Review: Kenny Barron hits the hoops for Da Camera Society concert

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It was a jazz concert in an unlikely locale. Pianist Kenny Barron, whose teammates have included Roy Haynes, Lee Morgan, James Moody, Dizzy Gillespie, Milt Jackson, and Yusef Lateef, kenny-barronunleashed a magical solo piano recital in a boy’s gym.

It was the refurbished indoor basketball court of the 28th Street YMCA Building — a glorious community structure designed by esteemed African-American architect Paul Williams. The architect’s mission was to build in Los Angeles the city’s first club for “colored boys and young men.” All these years later, the lovingly restored Spanish colonial structure, now the centerpiece of a neighborhood revival, hosted a concert for the devotees of “Chamber Music in Historic Sites.”

Gone the room’s ghostly sounds: Keds screeching on wooden floor; banging, bouncing basketballs, the echo of testosterone taunts and teases.

28thStYMCAReplacing this clamor, a comprehensive program of accessible music delivered by Barron, who was installed like a king at a majestic Boesendorfer.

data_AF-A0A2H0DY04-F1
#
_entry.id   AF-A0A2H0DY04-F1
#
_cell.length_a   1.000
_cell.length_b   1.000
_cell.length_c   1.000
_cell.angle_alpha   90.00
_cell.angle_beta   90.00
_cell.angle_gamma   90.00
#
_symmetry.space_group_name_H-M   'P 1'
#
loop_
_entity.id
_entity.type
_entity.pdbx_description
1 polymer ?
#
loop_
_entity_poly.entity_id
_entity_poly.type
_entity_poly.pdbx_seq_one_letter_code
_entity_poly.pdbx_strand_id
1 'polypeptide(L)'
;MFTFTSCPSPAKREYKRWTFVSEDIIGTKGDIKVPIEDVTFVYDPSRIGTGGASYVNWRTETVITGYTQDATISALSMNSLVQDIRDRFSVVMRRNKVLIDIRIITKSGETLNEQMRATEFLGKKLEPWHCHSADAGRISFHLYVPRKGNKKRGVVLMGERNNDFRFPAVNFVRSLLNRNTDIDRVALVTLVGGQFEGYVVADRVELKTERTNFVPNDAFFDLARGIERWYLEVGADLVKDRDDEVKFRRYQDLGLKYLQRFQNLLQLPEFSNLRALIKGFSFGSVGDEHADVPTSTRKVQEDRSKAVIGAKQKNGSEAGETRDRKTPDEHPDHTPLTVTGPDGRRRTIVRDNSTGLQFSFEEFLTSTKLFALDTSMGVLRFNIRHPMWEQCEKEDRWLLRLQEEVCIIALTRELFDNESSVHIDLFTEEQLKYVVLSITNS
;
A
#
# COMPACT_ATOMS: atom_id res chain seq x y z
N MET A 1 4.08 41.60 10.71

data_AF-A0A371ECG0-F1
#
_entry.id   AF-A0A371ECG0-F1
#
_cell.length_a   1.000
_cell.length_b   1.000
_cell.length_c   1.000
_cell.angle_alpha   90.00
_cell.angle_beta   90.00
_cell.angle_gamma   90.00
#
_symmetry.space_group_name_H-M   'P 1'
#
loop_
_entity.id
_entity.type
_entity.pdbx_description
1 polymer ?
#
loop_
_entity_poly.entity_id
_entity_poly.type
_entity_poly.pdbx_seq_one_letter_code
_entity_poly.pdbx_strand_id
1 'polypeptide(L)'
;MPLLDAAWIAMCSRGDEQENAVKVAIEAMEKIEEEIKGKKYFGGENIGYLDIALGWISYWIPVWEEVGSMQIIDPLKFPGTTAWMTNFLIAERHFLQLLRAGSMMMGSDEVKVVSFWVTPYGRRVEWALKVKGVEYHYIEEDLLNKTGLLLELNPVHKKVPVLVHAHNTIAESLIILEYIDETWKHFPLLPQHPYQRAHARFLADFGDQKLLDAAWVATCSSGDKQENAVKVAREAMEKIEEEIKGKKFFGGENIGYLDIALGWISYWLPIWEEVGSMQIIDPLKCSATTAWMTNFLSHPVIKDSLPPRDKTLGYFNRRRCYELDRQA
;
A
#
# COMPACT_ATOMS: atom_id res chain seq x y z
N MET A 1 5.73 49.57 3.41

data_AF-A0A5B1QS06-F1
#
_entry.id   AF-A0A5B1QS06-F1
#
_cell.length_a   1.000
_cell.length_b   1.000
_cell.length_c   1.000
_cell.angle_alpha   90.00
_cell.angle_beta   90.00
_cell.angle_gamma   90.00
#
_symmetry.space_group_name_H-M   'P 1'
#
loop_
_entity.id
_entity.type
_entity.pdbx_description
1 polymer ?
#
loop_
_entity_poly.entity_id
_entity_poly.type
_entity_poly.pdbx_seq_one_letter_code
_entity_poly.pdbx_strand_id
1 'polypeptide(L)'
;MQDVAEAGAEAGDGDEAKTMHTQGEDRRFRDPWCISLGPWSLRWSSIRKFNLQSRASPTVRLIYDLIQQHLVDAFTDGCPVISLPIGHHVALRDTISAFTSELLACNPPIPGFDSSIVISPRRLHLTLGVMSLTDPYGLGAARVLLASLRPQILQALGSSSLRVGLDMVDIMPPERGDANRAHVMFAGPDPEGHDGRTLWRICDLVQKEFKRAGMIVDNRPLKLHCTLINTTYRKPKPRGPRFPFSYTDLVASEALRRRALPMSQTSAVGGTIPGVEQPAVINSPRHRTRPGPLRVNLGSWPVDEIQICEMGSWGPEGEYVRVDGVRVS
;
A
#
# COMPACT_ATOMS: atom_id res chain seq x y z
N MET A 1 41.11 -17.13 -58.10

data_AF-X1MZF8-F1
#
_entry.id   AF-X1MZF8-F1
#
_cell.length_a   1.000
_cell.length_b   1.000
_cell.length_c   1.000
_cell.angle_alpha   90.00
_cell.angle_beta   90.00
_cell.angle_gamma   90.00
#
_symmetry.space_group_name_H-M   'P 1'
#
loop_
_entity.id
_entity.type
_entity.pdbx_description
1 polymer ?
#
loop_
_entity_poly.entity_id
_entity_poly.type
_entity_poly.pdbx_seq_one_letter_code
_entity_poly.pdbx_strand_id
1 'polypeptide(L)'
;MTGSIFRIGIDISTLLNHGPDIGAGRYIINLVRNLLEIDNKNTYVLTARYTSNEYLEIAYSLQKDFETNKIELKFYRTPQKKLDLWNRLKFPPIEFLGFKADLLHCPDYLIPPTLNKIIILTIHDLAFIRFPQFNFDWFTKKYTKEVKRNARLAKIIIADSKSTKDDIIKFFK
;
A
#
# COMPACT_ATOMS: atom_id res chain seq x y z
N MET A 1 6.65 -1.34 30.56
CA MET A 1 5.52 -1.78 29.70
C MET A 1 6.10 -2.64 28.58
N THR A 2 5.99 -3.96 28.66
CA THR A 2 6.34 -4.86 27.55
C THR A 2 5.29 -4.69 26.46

The jazz veteran’s playlist reached its apex with a gossamer dissection of  “The Very Thought of You.” Barron slowed the Ray Noble standard in its second chorus for slicing and dicing. His confident and gorgeous penetration of the simple tune was softened by a padded touch — dappled, feathery, refined.

Program also included “For Heaven’s Sake,” a swinging-and-easy 12-minute improv; Billy Strayhorn’s “Isfahan,” whose cobwebby configuration Barron gave good transparency; one by Thelonious Monk, appropriate for a founding member of tribute group Sphere; and “Song for Abdullah” a probing journey through sound dedicated to South African pianist Abdullah Ibrahim.

Barron seemed to enjoy the casual setting for unrushed creativity.

“When I was a kid, we didn’t have a refrigerator. We had an icebox,” he told an audience that was primarily old enough to comprehend this.

“Every day the ice man, would deliver our ice. We had an upright piano in our living room. He would sit down and play. That was the first live music I ever heard. By Jimmy the iceman.”

Then, in honor of Jimmy, Barron laid down a growling blues — in the boy’s gym.

Kenny Barron photos: Richard Arnold

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